Please introduce yourself. What do you do? Why? What do you want people to know about you?
Tabitha Meeks moved to Nashville, TN in June 2020 as part of popular female folk band, Mona Lisa Tribe. While in Nashville, she rediscovered her love for songwriting on her original instrument, the piano and began her journey as a solo artist. Her music has a soft nostalgic touch to it and is often compared to Norah Jones, Ingrid Michaelson and JJ Heller.
Her career in Nashville has taken off as she has already performed in prestigious venues such as the Ryman Auditorium, backed up numerous top artists such as Charles Kelley from Lady A, Emily Weisband, Karen Fairchild from Little Big Town, Lauren Alaina and more, as well as belonging to the up and coming artist collective “The Pitch Meeting”, who have been featured in billboard magazine, forbes magazine, as Fender Artists and more.
What qualities make you different and unique from everyone else in the industry?
My music will often linger in vulnerability as you hear the true stories of infidelity, heartache and search for more in each of my songs. I’d say what makes me different is that my music is creating it’s own genre. I’ve been told by numerous recording engineers and producers in Nashville that I don’t really fit into a box, and while that’s scary, it’s also exciting. I am not intentionally trying to be different, I am just being myself and letting myself write authentically, with a strong desire to share what’s being created.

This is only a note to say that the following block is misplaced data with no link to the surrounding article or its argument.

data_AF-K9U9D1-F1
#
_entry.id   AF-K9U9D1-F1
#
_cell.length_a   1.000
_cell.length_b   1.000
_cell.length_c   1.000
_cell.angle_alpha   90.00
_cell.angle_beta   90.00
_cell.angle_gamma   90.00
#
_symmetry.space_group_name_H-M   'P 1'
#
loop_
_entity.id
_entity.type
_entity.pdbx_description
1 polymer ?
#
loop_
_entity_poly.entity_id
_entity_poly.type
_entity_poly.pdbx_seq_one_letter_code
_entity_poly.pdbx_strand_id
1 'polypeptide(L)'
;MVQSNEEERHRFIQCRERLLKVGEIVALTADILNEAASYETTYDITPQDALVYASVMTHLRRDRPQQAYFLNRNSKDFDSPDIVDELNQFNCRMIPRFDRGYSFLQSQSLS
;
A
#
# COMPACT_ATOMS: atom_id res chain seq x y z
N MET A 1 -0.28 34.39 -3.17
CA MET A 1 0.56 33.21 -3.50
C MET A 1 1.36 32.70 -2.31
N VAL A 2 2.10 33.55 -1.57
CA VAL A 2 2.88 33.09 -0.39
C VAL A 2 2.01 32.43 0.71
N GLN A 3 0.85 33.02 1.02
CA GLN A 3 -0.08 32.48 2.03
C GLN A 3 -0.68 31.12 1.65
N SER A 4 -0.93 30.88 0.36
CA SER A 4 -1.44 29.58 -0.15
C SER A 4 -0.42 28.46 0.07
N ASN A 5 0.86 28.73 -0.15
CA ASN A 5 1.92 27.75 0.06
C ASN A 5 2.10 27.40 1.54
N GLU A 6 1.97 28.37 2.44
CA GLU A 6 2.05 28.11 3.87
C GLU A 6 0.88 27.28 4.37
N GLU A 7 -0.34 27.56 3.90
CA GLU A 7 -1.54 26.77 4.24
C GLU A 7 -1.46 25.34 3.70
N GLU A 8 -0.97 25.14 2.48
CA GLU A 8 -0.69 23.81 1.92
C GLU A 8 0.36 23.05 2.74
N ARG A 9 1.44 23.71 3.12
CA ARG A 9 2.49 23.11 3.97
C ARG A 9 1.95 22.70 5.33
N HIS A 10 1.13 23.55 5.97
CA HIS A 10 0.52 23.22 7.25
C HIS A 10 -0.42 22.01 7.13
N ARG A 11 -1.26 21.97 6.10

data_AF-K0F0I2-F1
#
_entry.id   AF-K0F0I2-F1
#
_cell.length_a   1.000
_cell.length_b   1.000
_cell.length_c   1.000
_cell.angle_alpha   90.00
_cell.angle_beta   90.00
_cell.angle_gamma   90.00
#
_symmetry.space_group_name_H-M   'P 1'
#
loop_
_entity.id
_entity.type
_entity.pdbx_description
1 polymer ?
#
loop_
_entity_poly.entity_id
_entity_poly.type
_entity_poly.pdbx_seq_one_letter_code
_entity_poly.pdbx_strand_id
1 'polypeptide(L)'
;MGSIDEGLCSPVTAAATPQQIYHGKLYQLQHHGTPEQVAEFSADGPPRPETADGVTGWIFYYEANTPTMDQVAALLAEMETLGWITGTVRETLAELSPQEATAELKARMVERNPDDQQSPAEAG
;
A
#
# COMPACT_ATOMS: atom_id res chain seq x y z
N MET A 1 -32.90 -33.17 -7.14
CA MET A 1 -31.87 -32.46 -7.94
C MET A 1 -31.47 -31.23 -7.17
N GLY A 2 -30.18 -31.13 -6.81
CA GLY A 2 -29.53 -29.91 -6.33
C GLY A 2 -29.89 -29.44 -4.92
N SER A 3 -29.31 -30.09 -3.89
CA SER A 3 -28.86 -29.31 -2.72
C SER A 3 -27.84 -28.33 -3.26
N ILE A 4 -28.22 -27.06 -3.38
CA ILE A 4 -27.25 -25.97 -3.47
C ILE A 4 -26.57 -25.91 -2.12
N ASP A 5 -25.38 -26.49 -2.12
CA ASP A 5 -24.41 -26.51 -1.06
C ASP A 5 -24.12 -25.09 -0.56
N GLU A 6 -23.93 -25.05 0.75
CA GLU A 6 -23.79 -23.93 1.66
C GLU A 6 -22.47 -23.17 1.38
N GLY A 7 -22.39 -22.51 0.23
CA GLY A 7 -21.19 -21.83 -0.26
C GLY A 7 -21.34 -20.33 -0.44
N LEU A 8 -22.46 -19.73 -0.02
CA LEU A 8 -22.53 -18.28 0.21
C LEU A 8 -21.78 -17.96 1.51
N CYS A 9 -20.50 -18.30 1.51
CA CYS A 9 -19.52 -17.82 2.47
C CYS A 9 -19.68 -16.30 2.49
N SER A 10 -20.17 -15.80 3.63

Describe THAT moment when you realized you’re doing what you were born to do.
I realized I was born to do this when I was driving back to my house one night and asked myself the question “Could I live without performing music?”… I surprised myself when I answered yes, but it’s true. I could be happy in life being around people I love, doing things that hopefully make the world a better place, even if I didn’t perform music.
Then I asked myself if I could be happy not creating music, and I realized I could not even fathom what life would be like without being able to write my songs. It’s such a part of who I am, the thought of not doing that is so dark.
With my song “Good Life”, set to come out in March, which is about infidelity and dashed hopes of becoming a wife, I’ll never forget when a waitress at the bar I sang it at a few months ago came up to me with tears in her eyes saying how much she loved the song. Moments like that are why we share our hearts through song.
What’s been the biggest challenge you’ve had to go through and how did you grow through it?
I was hired to be a background singer pretty early on when I moved to Nashville for an established artist. about 30 minutes before the taped dress rehearsal, the director called me and the other singer to the side and told us we weren’t making the cut. We heard a handful of reasons afterwards of why, but the challenge of not letting that moment define our attitude and outlook as we moved to this new city was huge.
It also was a great growing moment because it taught me to be grateful for every opportunity afterwards, knowing it could be taken away in a second, and it helped me take this career into perspective, knowing that after every failure there are always more opportunities.
Who are the TOP 3 people you’d want to meet that could elevate your career or business? Why these specific individuals?
Joy Williams. I resonate with her songwriting on a whole different level and her persona.
Norah Jones- she’s been the biggest inspiration in my piano playing and connecting the folk/jazz style into my songwriting, which taught me to not need to play more notes just because “I can” but rather do what suites my song and what I’m writing about.
Ingrid Michaelson- She’s been a huge influence since high school and hearing her songs in Greys Anatomy and other TV shows made me try to reach for that career goal which I am slowllyyy achieving! I love her songwriting and authentic style as well.
Chris Thile- sorry, I know this one is fourth but he’s just a complete musical bad ass who puts his chops in his songwriting so delicately.
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